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People v. Esquerdo


March 19, 2010


Appeal from a judgment of the Oneida County Court (Michael L. Dwyer, J.), rendered January 29, 2008. The judgment convicted defendant, upon a jury verdict, of murder in the second degree (three counts) and robbery in the first degree.

Published by New York State Law Reporting Bureau pursuant to Judiciary Law § 431.

As corrected through Wednesday, April 28, 2010

It is hereby ordered that the judgment so appealed from is unanimously affirmed.


Defendant appeals from a judgment convicting him upon a jury verdict of robbery in the first degree (Penal Law § 160.15 [1]) and three counts of murder in the second degree (§ 125.25 [1], [3]). We conclude that County Court properly refused to suppress the oral and written statements that defendant made to police investigators while he was in custody. It is well settled that " '[t]he suppression court's credibility determinations and choice between conflicting inferences to be drawn from the proof are granted deference and will not be disturbed unless unsupported by the record' " (People v Twillie, 28 AD3d 1236, 1237 [2006], lv denied 7 NY3d 795 [2006]). Here, the court's determination that defendant did not invoke his right to counsel was based solely upon the credibility of the witnesses at the suppression hearing, and we perceive no basis to disturb that determination (see People v Vaughan, 48 AD3d 1069, 1071 [2008], lv denied 10 NY3d 845 [2008], cert denied 555 US ---, 129 S Ct 252 [2008]; see generally People v Gerena, 49 AD3d 1204, 1205 [2008], lv denied 10 NY3d 958 [2008]).

We further reject the contention of defendant that he was not adequately apprised of his rights and did not fully comprehend them based on his limited understanding of the English language. It is undisputed that the police gave defendant a Miranda form in Spanish that explained his rights, including the right to remain silent and the right to speak to an attorney (see People v Martinez, 68 AD3d 1757 [2009]), and defendant conceded at the suppression hearing that he had no trouble understanding the information on that form. The record of the suppression hearing thus supports the court's determination that the waiver by defendant of his Miranda rights was knowing, voluntary and intelligent (see People v Torres, 245 AD2d 1124, 1125 [1997], lv denied 91 NY2d 978 [1998]).

To the extent that defendant further contends that the court erred in admitting his written statement in evidence at trial because the People failed to establish that the statement was an accurate transcription of defendant's oral statements, that contention is without merit. The inability of defendant to read his statement in English does not render the statement inadmissible inasmuch as a bilingual officer testified at trial that he translated the statement into Spanish for defendant, word for word, and that defendant thereafter signed and initialed the statement (see People v Montero, 273 AD2d 128 [2000], lv denied 95 NY2d 868 [2000]; People v Ventura, 250 AD2d 403, 404 [1998], lv denied 92 NY2d 931 [1998]). The accuracy of the officer's translation was an issue of fact for the jury (see People v Fabricio, 307 AD2d 882, 883 [2003], affd 3 NY3d 402 [2004]; Montero, 273 AD2d 128 [2000]).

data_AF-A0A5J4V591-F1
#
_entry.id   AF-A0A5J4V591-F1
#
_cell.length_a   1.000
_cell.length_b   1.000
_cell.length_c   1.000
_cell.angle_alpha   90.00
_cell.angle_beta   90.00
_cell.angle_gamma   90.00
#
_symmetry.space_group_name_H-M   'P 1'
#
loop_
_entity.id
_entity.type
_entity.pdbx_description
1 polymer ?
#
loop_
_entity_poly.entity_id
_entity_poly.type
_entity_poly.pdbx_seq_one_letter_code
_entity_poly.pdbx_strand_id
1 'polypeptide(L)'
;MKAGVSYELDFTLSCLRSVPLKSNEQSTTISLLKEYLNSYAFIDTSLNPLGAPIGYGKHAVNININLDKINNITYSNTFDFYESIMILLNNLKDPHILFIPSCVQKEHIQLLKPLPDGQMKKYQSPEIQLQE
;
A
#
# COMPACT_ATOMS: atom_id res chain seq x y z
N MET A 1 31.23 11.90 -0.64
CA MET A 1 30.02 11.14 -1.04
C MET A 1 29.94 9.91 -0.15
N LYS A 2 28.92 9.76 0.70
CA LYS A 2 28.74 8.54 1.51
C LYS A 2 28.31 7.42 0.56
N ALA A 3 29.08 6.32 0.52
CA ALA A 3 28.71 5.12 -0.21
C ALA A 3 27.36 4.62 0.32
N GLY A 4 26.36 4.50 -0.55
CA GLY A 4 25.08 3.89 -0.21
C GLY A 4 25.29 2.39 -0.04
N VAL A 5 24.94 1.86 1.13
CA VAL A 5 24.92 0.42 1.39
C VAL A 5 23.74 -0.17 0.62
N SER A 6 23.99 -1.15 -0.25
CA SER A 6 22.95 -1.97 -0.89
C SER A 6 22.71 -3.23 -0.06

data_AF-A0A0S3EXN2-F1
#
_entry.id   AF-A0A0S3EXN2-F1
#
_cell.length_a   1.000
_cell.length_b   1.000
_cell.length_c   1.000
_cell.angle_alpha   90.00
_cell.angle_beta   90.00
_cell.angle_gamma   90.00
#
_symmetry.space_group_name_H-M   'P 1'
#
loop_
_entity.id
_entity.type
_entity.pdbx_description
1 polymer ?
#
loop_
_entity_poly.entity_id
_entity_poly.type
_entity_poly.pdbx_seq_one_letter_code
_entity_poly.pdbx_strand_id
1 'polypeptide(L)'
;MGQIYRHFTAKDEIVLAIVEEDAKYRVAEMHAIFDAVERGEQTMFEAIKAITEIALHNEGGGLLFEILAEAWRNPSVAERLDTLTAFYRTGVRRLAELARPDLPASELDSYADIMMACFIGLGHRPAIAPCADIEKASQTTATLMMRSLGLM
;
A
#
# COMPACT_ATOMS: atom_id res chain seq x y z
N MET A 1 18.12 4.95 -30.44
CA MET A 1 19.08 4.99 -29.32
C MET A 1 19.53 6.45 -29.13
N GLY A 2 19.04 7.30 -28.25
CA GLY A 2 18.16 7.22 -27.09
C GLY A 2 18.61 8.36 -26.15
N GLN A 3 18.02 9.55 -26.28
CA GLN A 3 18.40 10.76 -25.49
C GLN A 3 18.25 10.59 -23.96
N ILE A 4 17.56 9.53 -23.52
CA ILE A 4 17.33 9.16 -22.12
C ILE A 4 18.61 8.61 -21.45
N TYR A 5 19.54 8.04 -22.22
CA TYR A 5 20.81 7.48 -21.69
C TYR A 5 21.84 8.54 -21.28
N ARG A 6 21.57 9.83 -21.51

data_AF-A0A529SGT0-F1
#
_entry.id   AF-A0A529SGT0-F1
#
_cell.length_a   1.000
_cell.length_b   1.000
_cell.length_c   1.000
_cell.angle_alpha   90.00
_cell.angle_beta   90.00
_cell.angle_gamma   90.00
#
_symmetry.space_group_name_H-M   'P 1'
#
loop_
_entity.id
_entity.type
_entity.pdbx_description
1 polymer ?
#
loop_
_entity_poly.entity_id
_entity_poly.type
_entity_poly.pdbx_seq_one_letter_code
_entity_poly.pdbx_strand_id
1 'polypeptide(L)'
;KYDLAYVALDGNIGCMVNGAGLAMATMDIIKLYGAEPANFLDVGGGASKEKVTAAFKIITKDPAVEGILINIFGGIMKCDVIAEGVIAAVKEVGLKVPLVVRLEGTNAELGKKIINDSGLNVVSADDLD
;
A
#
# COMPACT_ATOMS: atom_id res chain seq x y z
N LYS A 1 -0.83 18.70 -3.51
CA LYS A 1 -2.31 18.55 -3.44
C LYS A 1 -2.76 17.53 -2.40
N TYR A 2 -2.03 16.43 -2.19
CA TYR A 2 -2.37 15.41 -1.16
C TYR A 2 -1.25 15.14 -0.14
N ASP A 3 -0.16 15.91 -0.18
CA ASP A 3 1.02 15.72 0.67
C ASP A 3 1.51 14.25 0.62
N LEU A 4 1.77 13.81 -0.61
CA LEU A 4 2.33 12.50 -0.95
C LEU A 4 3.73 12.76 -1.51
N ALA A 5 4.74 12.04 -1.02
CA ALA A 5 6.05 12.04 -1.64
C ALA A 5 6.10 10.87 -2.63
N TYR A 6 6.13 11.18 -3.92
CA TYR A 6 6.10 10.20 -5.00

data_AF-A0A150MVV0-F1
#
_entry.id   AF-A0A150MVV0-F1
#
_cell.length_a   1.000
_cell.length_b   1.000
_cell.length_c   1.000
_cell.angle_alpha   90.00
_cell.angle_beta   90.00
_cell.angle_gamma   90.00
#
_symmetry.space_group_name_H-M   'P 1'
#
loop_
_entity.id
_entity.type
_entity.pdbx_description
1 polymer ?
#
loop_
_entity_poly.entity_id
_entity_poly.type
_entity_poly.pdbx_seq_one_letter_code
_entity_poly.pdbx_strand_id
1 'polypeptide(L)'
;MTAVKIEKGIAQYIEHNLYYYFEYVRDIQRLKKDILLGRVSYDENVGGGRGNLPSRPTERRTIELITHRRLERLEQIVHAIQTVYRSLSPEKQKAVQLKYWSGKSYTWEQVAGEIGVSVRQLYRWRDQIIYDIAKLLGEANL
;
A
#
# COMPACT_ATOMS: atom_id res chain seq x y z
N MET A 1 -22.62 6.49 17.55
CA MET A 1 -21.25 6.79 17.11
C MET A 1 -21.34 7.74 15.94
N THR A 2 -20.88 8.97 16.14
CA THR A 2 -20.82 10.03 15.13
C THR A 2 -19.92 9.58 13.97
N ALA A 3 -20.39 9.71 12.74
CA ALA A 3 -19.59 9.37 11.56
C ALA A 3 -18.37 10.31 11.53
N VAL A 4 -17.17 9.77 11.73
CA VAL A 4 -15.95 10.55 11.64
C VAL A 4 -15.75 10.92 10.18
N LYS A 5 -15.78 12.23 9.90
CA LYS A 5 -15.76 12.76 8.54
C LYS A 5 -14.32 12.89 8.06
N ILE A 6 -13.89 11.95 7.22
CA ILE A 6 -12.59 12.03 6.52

Also without merit is the contention of defendant that his right of confrontation was violated when the court erred in refusing to permit him to utilize the services of his interpreter or his co-defendant's interpreter during re-cross-examination of the bilingual officer, to challenge the accuracy of the officer's translation of defendant's written statement. "[T]he Confrontation Clause guarantees an opportunity for effective cross-examination, not cross-examination that is effective in whatever way, and to whatever extent, the defense might wish" (Delaware v Fensterer, 474 US 15, 20 [1985]). Here, the record establishes that defendant had the opportunity for effective cross-examination to challenge the accuracy of the officer's translation or any alleged deficiencies in the officer's ability to speak and comprehend Spanish. Indeed, the court merely precluded defendant from utilizing a particular method of cross-examining the officer that could have, inter alia, delayed the trial, confused the jury, and obscured the relevant issues (see People v Dean, 299 AD2d 892 [2002], lv denied 99 NY2d 613 [2003]; see also Delaware v Van Arsdall, 475 US 673, 678-679 [1986]; People v Ward, 27 AD3d 1119, 1119-1120 [2006], lv denied 7 NY3d 819, 871 [2006]).

Finally, there is no merit to the contention of defendant that he was denied due process because the police did not electronically record his interview. "[T]here is no Federal or State due process requirement that interrogations and confessions be electronically recorded" (People v Kunz, 31 AD3d 1191 [2006], lv denied 7 NY3d 868 [2006]; see also People v Mendez, 50 AD3d 1526 [2008], lv denied 11 NY3d 739 [2008]).

Present---Smith, J.P., Peradotto, Lindley, Green and Gorski, JJ.


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